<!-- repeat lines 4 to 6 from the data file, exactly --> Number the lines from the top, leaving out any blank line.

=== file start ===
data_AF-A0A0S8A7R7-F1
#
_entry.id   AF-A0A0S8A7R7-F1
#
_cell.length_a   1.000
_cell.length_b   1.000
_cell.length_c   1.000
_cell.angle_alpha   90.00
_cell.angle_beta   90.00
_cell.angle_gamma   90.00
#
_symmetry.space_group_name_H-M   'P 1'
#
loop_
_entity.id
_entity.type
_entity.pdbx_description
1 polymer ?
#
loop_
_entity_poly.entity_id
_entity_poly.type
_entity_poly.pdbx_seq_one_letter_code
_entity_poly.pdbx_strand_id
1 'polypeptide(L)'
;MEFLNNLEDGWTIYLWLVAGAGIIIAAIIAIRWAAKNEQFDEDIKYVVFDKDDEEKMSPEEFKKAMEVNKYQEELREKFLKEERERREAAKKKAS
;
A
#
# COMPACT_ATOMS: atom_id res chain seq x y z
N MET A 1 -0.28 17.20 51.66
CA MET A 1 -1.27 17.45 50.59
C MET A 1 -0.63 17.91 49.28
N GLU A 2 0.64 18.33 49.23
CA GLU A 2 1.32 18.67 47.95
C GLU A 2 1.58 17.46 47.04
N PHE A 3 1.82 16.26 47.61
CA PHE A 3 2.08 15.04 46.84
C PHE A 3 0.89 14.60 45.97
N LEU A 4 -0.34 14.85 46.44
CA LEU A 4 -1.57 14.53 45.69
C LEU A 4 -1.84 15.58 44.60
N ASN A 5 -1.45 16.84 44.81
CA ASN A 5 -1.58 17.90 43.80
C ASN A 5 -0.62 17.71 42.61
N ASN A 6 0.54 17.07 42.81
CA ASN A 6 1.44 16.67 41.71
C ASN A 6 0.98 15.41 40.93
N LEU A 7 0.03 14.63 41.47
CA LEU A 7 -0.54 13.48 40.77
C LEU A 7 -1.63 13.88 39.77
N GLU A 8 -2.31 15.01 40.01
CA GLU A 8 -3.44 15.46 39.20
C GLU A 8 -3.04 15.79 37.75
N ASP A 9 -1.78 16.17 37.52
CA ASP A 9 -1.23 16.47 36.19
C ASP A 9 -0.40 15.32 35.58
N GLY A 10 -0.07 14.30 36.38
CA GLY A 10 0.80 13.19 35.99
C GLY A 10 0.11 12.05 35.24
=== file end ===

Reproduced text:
#
_cell.length_a   1.000
_cell.length_b   1.000